Don’t Pour Arsenic on Your Dreams

Sometimes I suffer from “chicken little syndrome.” For the unfamiliar, it’s a children’s story where a chicken believes the sky is falling because an acorn fell on her head. The chicken then goes around to a bunch of other animals and tells them, “The sky is falling! The sky is falling!” As a marketing content writer, freelance journalist, and ghostwriter for therapists, I fall into this trap frequently when I have a lighter work week. 

Business has its ebbs and flows but somehow I always interpret an ebb as a sign of the times, not a natural part of the cycle. However, I can take comfort from Chicken Little because there are multiple versions of the Chicken Little story. In one version, Chicken Little and all her friends are lured to a fox’s den and never seen again. In another, they tell a king their worry and the king reassures them the sky is not falling, plucking an acorn from Chicken Little’s head.

acorn -- marketing content writer
Who knew something so little could cause such a ruckus? Photo by Nicolas Ruiz on Unsplash

Remembering there are multiple versions of Chicken Little offers me perspective.  I could be like Chicken Little and let my fear lead me to a metaphorical fox’s den where I’ll be devoured. Or I could be like Chicken Little and let my fear lead me to a metaphorical palace where I’ll be reassured. The choice is mine and not at all a foregone conclusion.

Tosha Silver talks about this choice in her book Outrageous Openness. She says she offers her problems to a power greater than herself and that doing so is like planting a seedling. “You put the fledging roots into the soil, and then fertilize and water to allow for flowering,” she writes. “The more you protect the plant, the better it grows. So would you pour arsenic on that delicate thing to see if it could survive? Would you stick it in [the] burning sun for a week just as an experiment?” Good question, Tosha. Real-life plants I would never pour arsenic over, nor would I stick them in the burning sun without any water. But metaphorical plants? In this case, my faith, hopes, and dreams? I do pour arsenic on them. A frequent refrain in my mind is, “It won’t work out! Everything will crash and burn!” But, well, it doesn’t and hasn’t.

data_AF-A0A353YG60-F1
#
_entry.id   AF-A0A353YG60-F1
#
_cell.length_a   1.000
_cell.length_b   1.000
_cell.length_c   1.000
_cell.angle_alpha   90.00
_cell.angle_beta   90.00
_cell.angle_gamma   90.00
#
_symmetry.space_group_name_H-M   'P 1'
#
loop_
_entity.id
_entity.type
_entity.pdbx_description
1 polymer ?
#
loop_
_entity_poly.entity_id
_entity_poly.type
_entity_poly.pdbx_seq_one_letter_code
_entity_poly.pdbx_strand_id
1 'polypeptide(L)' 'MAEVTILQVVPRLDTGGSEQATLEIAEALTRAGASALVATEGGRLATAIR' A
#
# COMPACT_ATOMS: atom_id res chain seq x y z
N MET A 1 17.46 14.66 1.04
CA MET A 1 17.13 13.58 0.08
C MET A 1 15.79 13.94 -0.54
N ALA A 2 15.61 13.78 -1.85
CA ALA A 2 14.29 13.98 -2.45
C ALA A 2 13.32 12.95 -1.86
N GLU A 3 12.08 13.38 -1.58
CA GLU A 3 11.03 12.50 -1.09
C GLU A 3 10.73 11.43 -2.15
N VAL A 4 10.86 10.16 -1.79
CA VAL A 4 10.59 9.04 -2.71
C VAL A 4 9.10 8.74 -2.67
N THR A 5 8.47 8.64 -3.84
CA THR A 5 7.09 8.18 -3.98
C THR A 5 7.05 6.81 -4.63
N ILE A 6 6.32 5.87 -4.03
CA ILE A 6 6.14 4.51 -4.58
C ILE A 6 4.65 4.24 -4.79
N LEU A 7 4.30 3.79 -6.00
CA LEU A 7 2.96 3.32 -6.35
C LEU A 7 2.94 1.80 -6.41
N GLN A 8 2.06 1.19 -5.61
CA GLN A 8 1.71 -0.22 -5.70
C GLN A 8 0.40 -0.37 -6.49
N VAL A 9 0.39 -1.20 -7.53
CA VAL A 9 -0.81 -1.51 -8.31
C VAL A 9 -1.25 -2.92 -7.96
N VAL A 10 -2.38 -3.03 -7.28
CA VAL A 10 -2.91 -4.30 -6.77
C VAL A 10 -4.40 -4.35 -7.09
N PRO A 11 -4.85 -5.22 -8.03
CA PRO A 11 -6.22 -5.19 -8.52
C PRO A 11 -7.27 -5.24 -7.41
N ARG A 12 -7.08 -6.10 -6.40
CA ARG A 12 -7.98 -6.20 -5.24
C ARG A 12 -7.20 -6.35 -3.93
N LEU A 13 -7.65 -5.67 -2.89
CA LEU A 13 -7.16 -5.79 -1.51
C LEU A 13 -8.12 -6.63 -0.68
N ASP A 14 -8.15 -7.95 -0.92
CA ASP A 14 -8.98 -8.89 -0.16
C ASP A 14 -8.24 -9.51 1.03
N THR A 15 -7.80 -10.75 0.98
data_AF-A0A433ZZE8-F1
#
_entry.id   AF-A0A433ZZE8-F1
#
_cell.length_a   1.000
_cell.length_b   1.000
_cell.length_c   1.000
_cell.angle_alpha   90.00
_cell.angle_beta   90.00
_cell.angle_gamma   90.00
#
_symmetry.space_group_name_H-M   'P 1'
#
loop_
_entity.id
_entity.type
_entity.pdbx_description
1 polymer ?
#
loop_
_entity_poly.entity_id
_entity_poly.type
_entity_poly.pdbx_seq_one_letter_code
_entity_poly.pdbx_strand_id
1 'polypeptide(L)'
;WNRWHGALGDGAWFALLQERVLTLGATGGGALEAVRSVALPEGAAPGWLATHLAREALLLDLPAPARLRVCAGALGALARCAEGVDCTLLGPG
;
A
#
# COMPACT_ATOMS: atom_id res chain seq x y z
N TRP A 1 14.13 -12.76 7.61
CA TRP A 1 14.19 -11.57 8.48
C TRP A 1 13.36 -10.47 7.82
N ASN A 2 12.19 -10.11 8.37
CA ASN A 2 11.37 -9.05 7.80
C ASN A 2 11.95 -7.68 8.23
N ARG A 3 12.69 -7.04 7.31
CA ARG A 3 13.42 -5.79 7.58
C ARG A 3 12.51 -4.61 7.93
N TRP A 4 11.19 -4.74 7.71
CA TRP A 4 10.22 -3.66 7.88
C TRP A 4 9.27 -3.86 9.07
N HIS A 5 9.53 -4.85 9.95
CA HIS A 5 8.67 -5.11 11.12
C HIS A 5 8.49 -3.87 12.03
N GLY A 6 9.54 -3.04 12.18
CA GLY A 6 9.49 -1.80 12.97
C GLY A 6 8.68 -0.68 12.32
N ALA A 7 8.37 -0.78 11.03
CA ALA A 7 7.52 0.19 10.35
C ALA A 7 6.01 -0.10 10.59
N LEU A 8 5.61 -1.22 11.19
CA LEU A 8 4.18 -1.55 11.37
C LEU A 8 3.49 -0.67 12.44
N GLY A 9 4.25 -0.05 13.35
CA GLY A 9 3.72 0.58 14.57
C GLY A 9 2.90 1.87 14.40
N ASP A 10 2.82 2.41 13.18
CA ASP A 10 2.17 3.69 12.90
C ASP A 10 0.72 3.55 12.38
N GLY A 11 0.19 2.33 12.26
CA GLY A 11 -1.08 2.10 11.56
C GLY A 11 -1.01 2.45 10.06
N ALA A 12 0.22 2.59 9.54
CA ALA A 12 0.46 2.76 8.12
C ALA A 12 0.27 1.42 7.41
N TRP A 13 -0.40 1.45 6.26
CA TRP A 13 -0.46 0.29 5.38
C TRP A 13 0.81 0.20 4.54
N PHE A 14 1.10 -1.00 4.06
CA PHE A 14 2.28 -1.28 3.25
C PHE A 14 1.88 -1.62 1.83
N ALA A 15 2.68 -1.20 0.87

brown bottle
Pretend this is arsenic. Photo by Denise Chan on Unsplash

I’ve worked as a marketing content writer, freelance journalist, and ghostwriter for therapists for a while now and every time one client drops off, another one comes on. Every time I fret I’ll never write for a certain magazine again, they contact me about an assignment. Maybe it’s time to stop drinking the poison I keep offering myself and instead marvel at how things work out. Because they always do! 

How does this relate to clients? My current clients already took the leap of faith and said, “Yes! I want to work with you! I think it will help me!” Potential clients are often nervous and have numerous questions about ghostwriting.  Will it work for them? Will it actually help their business? I can give them tons of stats and case studies and testimonials to show that it does but ultimately the decision has to come from them. Do they want to be Chicken Little? Do they want to pour arsenic over their dreams? Or would they rather believe that everything works out?

I’m a pragmatic marketing content writer, freelance journalist, and ghostwriter for therapists so that means we always start with a paid sample or a one-off project so really, what is there to lose? If you’d like to give hiring me a shot, reach out. I’m here.

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